Policing – UK Government assessment
Policing in England and Wales has contributed to a regression in human rights protection for certain groups. Though there is a need to prevent and respond to crime, the use of force has increased, new technologies in policing pose risks, and the Police, Crime, Sentencing and Courts Bill could lead to disproportionate interferences with human rights. People from certain ethnic minority groups remain more likely to come into contact with the criminal justice system for a range of reasons, including disproportionate levels of policing, and evidence shows an increase in the relative use of stop and search powers against Black people compared with White people. Some groups sharing protected characteristics report limited confidence in the police.
- In 2019–20, police stop and searches in England and Wales increased 86% from 2016–17. In 2019–20, the rate of stop and searches against Black people was almost nine times higher than against White people. Black people are almost 40 times more likely than White people to be stopped under Section 60 of the Criminal Justice and Public Order Act stop and search powers.
- Racial disparities in the reported use of force increased between 2017–18 and 2019–20, with police now more than five times as likely to use force against Black people than White people. Black people represent 3.3% of the population but in 2019–20 experienced a quarter of police firearm tactics.
- Between March 2017 and March 2020, there was an increase in recorded police use of Tasers from 16,913 in 2017–18 to 32,058 in 2019–20 in England and Wales, and an increase in use of Tasers against children in recent years.
- In 2019, 7,038 children were detained overnight by the Metropolitan Police Service, with 67% of these children coming from an ethnic minority background, according to responses to Freedom of Information requests.
- A 2018 review found that young Black African Caribbean men were significantly over-represented in the Metropolitan Police Service Gangs Matrix used to identify and risk-assess gang members in London. In 2018, the Information Commissioner’s Office found that the Gangs Matrix had led to breaches of data protection laws. There is ongoing action to reform the Gangs Matrix.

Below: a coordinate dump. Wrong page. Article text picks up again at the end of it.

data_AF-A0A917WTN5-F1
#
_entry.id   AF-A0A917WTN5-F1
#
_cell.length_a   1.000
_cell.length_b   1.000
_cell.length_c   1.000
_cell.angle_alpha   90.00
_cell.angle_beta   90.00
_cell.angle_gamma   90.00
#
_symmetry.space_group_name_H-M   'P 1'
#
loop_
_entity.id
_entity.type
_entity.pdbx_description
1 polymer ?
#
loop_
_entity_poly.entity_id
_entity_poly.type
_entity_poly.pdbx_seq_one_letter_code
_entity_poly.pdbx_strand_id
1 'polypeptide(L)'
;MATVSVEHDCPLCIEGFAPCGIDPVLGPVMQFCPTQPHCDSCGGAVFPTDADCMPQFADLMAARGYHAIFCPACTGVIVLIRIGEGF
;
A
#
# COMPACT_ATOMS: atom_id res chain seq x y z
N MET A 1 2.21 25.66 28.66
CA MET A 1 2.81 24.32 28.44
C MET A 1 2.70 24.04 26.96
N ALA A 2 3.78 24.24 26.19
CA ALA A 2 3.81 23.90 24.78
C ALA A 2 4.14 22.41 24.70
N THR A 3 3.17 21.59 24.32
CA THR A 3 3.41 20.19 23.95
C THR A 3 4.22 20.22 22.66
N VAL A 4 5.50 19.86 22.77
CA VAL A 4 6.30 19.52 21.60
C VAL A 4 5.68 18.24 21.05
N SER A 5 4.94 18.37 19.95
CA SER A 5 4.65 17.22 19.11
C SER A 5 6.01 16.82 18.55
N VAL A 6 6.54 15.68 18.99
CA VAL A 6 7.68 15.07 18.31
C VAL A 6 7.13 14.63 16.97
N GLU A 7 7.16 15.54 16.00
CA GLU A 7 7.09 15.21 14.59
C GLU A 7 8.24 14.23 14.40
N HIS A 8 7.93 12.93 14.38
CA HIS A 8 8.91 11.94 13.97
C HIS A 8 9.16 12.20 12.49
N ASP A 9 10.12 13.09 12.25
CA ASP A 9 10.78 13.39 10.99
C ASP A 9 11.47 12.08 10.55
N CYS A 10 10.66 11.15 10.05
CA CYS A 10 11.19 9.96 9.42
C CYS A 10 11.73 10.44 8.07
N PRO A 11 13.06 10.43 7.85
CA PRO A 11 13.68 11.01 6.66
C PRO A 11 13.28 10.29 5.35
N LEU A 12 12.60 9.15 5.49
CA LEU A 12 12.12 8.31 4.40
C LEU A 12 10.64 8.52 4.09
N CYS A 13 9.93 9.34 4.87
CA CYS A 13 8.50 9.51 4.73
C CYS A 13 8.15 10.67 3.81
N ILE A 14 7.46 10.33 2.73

- New technologies in policing, such as automated facial recognition, raise human rights concerns, including that they can replicate and magnify patterns of discrimination.
- Certain protected characteristic groups report limited confidence in the police or satisfaction with police interactions, including Black people (notably 16–24 year olds and women), Gypsies, Roma and Travellers, and bisexual, gay or lesbian people.
- Figures from 2020 show that Black and Asian people continue to be under-represented in the police force, particularly in senior roles.
- Data and analysis indicate that police enforcement of coronavirus restrictions has disproportionately affected ethnic minorities.
- Concerns about the Police, Crime, Sentencing and Courts Bill 2021, include that the proposed criminalisation of unauthorised encampments poses significant risks to the way of life of Gypsy, Roma and Traveller people, and that the expansion of powers to police peaceful protest would be inconsistent with the rights to freedom of expression and assembly.
- Those authorising criminal activity under the Covert Human Intelligence Sources (Criminal Conduct) Act 2021 must take account of the requirements of the Human Rights Act. However, serious crimes are not explicitly excluded from the 2021 Act, leading to concerns about its use, oversight and scrutiny.
Read more about the UK Government’s actions on policing.